The Juneau Assembly will return an $850,000 dollar grant to the State of Alaska on Monday.
The money was awarded to the city as part of the state’s Community Development Block Grant program. It was intended to support AWARE’s construction of a new extended stay shelter for battered spouses and abused children.
AWARE and the city completed a required environmental review in March of this year. Although the site of the new shelter had been previously evaluated, the review revealed significant issues that made the project financially unfeasible.
Community Development Block Grant funds can’t be transferred to a project at a new site without submitting a new grant application to the state.
A resolution returning the money is on the agenda for Monday’s regular Assembly meeting. Doing so will allow the city to reapply for a community development grant during the next application cycle.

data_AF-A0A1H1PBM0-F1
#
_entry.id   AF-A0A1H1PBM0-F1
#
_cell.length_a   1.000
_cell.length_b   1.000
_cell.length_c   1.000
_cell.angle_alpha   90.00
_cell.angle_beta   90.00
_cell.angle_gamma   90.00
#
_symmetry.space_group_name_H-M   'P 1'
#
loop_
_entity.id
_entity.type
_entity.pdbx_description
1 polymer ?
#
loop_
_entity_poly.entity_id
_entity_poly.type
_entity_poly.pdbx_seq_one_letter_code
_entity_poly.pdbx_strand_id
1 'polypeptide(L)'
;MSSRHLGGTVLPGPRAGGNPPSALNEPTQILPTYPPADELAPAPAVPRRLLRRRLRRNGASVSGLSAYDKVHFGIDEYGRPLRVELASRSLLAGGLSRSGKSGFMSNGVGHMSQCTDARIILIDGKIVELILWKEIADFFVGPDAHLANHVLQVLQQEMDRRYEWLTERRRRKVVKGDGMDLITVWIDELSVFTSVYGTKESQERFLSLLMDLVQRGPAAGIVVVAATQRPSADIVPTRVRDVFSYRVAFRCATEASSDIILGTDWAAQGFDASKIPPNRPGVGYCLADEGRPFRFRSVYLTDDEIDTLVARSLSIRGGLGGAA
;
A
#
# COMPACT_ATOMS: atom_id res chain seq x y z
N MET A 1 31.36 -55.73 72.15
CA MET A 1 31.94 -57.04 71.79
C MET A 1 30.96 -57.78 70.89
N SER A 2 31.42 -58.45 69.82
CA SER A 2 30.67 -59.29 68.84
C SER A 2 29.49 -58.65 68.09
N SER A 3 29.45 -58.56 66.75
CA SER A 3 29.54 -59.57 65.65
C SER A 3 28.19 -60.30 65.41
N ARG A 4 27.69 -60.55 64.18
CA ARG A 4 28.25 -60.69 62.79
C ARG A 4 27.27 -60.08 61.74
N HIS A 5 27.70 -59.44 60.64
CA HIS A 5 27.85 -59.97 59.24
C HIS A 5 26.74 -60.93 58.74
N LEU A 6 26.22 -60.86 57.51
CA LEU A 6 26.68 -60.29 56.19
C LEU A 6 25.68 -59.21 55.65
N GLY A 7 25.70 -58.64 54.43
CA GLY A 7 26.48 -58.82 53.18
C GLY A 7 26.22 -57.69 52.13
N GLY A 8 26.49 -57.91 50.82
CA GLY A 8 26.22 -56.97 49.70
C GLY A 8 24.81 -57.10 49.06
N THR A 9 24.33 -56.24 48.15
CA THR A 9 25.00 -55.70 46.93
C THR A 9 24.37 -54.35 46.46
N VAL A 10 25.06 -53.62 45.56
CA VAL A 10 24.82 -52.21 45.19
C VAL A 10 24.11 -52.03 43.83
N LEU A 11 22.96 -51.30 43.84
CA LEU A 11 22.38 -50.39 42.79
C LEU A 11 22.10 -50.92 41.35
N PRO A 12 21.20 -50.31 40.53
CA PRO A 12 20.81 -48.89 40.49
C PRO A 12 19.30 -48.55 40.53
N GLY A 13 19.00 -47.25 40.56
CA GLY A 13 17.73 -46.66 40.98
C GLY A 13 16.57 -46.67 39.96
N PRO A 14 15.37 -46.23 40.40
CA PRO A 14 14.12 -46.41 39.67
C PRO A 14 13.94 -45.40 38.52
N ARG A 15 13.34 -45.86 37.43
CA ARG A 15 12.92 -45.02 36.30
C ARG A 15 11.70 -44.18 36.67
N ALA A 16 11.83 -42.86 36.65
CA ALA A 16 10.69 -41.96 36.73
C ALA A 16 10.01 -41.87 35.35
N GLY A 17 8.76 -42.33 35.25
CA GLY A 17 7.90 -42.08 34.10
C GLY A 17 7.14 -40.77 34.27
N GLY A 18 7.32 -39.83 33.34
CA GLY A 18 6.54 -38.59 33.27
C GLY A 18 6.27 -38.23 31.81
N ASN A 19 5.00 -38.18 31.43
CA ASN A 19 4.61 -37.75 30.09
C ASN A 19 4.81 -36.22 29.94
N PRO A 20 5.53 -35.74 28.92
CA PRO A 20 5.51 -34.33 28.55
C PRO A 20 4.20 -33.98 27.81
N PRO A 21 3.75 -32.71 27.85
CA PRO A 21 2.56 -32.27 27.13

AWARE stands for Aiding Women in Abuse and Rape Emergencies. The extended stay shelter was to be built adjacent to the nonprofit’s existing emergency shelter.
- “Part of this funding is set aside to address the needs that the president saw firsthand when he visited coastal communities in Alaska that are seeing their homelands eroding into the ocean at a rapid pace," said Deputy Interior Secretary Mike Connor.
- Gastineau Humane Society called the dog aggressive and not a viable candidate for adoption. The Juneau couple wishes they’d been notified before the dog was put down.
- Dan Henry, also operator of the Skagway Fish Co., said he would make a decision about his future with the Skagway Borough Assembly after he returns home.
- Musher Seth Barnes said early Monday that the last 100 miles of trail coming north to Circle "literally was perfect ... definitely the best trail I’ve been on all year.” His dogs had trained on gravel most of the winter.